IN LIMBO. Internationally known contemporary-art collectors Vicki and Kent Logan maintain a residence in Vail and, lucky for us, have become involved in the cultural life of Colorado. In addition to providing a raft of works partially promised to the Denver Art Museum, the collecting couple has facilitated a relationship between the museum and the University of Denver. IN LIMBO is the second Logan-connected show at DU, but the first in which students -- under the direction of curator and professor Gwen Chanzit -- have been allowed to use the DAM's Logan Collection as well the couple's private stash to come up with it. More often than not, too many cooks spoil the broth, but not in this case. The show is first-rate but surprisingly conservative, considering the tender ages of the organizers. The students chose mostly representational paintings and photographs, and there are only two sculptures. Among the artists included are Bo Bartlett, Jack Pierson, Ron Mueck, Cindy Sherman, Su-En Wong, and almost a dozen others. Through March 11 at the Victoria H. Myhren Gallery, 2121 East Asbury Avenue, 303-871-2846. Reviewed January 20.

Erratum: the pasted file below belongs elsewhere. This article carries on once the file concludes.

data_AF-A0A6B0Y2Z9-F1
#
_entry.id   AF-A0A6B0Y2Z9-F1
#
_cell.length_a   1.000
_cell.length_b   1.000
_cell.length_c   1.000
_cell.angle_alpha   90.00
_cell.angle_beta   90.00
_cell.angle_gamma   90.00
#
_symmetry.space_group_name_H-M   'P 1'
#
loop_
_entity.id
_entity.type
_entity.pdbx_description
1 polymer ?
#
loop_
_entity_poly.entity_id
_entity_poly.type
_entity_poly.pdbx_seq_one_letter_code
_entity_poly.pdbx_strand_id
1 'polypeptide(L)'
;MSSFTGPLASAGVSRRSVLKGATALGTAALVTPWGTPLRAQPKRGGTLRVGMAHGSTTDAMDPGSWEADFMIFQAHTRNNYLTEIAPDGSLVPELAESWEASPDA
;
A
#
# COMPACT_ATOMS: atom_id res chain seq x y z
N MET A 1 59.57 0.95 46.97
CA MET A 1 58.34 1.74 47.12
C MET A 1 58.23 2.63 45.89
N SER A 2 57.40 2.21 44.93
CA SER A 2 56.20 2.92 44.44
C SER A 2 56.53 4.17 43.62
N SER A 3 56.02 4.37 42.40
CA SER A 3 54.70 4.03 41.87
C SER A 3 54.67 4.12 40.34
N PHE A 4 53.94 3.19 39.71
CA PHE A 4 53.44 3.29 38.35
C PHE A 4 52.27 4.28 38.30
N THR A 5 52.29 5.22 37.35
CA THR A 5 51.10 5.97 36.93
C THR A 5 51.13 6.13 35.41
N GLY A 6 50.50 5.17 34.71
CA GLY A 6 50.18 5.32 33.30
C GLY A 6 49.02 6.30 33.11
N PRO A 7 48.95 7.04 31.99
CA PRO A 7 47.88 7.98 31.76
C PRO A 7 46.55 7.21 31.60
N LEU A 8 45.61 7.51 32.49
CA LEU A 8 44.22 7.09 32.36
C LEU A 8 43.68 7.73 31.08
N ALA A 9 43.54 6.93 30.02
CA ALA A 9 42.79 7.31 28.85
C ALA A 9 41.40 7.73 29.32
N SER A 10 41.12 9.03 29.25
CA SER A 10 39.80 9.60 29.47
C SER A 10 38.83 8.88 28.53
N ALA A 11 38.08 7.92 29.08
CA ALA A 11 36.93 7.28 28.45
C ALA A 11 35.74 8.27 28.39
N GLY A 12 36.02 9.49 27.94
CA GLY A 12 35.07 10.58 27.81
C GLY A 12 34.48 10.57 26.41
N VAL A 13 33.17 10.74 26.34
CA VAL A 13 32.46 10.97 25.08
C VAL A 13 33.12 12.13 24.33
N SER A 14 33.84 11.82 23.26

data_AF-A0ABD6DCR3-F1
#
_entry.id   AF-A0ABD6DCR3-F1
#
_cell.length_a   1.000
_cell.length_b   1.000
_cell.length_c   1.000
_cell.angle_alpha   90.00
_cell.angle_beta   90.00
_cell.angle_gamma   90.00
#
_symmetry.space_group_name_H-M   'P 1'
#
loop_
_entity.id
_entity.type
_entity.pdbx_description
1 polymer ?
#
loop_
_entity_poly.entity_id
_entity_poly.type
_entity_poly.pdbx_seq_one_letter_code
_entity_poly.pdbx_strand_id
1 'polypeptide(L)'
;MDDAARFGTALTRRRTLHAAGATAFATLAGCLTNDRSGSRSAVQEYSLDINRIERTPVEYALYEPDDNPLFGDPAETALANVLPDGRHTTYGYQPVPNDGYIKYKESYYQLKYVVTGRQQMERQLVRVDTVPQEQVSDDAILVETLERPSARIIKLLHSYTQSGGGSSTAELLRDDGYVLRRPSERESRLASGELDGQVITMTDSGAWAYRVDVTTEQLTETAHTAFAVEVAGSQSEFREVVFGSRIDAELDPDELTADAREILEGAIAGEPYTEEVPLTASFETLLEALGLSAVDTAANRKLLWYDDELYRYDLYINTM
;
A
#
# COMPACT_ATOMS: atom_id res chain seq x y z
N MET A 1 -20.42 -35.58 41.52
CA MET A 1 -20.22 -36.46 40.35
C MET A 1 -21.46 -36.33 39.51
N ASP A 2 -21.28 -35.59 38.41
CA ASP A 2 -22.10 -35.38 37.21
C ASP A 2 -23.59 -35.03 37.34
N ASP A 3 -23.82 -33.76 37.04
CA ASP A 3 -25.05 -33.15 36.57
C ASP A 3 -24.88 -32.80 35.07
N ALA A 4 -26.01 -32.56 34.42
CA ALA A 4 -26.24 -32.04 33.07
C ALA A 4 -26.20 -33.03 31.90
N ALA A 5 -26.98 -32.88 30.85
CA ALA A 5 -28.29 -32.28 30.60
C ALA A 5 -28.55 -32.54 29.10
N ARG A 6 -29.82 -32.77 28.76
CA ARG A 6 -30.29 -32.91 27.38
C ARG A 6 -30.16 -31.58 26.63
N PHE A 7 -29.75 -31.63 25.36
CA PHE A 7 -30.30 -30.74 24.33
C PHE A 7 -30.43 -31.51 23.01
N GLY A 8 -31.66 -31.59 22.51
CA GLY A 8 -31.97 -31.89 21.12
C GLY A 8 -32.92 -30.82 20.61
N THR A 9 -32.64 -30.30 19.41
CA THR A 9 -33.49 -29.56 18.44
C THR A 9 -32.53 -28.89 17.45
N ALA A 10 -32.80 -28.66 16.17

Pictures from Sonny's Place, et al. Nationally known Colorado painter John Hull has been described in the New Yorker as a combination of Corot and Quentin Tarantino. That tongue-in-check appraisal really hits the mark with Pictures from Sonny's Place, now at + Gallery. The paintings are set in a junkyard, the "Sonny's Place" of the title. Hull's established method is to create a series of related paintings based on sketches done in the field. Each paintings has a narrative component that connects it to the others. When all the paintings are taken together, the narratives build on one another creating a plot worthy of a novel. All Hull's favorite subjects are here, in particular young thugs and the cars -- in this case, wrecked ones -- that are at the center of their lives. Paired with Hull's solo is Selections from New American Paintings, Issue #54, which includes pieces by Waddy Armstrong, David Leonard, Kevin Lucero Less, Thuong Nguyen and Kate Petley. Through February 19 at the + Gallery, 2350 Lawrence Street, 303-296-0927.